Introduction to Microsoft Teams

Introduction to Microsoft Teams

You’ve probably been hearing a lot about Microsoft Teams. But what is it? How does it work? And why should you care?

What is Microsoft Teams?

Microsoft Teams is a communication platform that's included with most Office 365 versions and is designed to connect internal staff and external partners to enhance collaboration, providing an alternative to – or even replacing – email communications.

At its most basic level, Teams is a messaging tool that enables text communications between users, whether they are in the same office or work remotely. 

It supports group chat rooms with threaded conversations, as well as private messages between individuals. When necessary, users can jump from instant messaging to a video call at the push of a button.

But Teams is more than a communications tool. It also combines strong content collaboration features, thanks to integration with Microsoft’s software portfolio. OneDrive documents (Word, Excel, PowerPoint, etc.) can be accessed and edited without leaving the app, for example. 

Teams is quickly becoming the central hub for communications and collaboration and will eventually replace Skype for Business with Teams.

How does Teams work?

Microsoft’s long-standing presence in the workplace with its Office suite (and of course, Windows) gives it a solid foundation to grow in the collaboration marketplace. The cloud-hosted software is available via browser, desktop app and mobile app, and will be integrated into Microsoft’s Surface Hub 2 digital whiteboards.

Let’s get started by thinking about how Microsoft Teams allows individual teams to self-organize and collaborate across business scenarios:

Teams are a collection of people, content, and tools surrounding different projects and outcomes within an organization.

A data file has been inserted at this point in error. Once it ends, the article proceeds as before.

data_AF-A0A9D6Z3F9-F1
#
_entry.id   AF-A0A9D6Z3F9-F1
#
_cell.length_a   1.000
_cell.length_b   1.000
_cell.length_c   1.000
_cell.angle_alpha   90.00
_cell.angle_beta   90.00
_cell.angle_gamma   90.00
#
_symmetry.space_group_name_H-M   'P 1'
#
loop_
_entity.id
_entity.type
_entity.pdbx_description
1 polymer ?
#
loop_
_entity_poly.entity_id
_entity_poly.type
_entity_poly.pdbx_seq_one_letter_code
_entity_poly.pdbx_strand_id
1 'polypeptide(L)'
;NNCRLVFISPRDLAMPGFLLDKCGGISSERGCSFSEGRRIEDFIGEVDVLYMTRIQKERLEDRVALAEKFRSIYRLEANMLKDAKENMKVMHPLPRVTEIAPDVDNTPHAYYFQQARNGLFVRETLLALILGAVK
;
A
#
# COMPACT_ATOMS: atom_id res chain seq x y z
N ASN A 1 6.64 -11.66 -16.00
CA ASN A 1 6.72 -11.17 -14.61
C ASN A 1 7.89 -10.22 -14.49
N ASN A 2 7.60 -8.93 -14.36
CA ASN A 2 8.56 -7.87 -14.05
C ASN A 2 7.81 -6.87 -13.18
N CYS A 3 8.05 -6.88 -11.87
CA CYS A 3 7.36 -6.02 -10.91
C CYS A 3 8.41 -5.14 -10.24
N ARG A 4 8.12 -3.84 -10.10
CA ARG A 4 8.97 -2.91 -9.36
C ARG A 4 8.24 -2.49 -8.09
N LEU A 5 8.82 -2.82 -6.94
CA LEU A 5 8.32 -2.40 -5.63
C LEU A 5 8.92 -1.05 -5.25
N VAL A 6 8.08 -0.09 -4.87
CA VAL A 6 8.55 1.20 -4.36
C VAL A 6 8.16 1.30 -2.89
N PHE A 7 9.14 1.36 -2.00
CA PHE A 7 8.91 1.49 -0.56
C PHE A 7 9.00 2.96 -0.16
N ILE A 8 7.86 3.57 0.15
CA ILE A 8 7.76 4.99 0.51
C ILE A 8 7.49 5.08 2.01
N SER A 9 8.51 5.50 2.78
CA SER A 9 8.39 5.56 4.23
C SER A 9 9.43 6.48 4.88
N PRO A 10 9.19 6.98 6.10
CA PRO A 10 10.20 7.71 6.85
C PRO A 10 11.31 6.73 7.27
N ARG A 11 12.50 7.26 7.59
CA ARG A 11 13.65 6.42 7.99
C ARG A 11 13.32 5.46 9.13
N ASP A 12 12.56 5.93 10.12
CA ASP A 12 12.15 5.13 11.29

• Teams can be created to be private to only invited users.
  • Teams can also be created to be public and open and anyone within the organization.

A team is designed to bring together a group of people that work closely to get things done. Teams can be dynamic for project-based work (for example, launching a product, creating a digital war room), as well as ongoing, to reflect the internal structure of your organization (for example, departments and office locations). Conversations, files and notes across team channels are only visible to members of the team.

Channels are dedicated sections within a team to keep conversations organized by specific topics, projects, disciplines—whatever works for your team!

  • Team channels are places where everyone on the team can openly have conversations. Private chats are only visible to those people in the chat.
  • Channels are most valuable when extended with apps that include tabs, connectors, and bots that increase their value to the members of the team.

Examples of Teams

Below are a few functional examples of how different types of users may approach setting up their teams. As you think about how to implement Microsoft Teams in your organization, remember that you can provide guidance on how to structure their teams, however users have control of how they can self-organize. These are just examples to help get teams to start thinking through the possibilities. Microsoft Teams is great at breaking down organizational silos and promoting cross-functional teams, so encourage your users to think about this as functional teams and not organizational silos. 

It is possible to create Teams that align to the organizational structure. This is best used for leaders who want to drive morale, have team specific reviews, clarify employee onboarding processes, discuss workforce plans and increase visibility across a diverse workforce.

 

Click here to watch a short intro video in Microsoft Teams

Teams is gaining ground quickly, and every company that is using Office 365 should consider leveraging this platform to improve collaboration within and even outside your organization. Launching Teams is easy! Fill out the form below to talk with one of our Teams experts about how you can get started!

ITS Email Newsletter Archive

© 2019 IT Solutions Consulting, Inc. All rights reserved. Privacy Statement  |  Site Map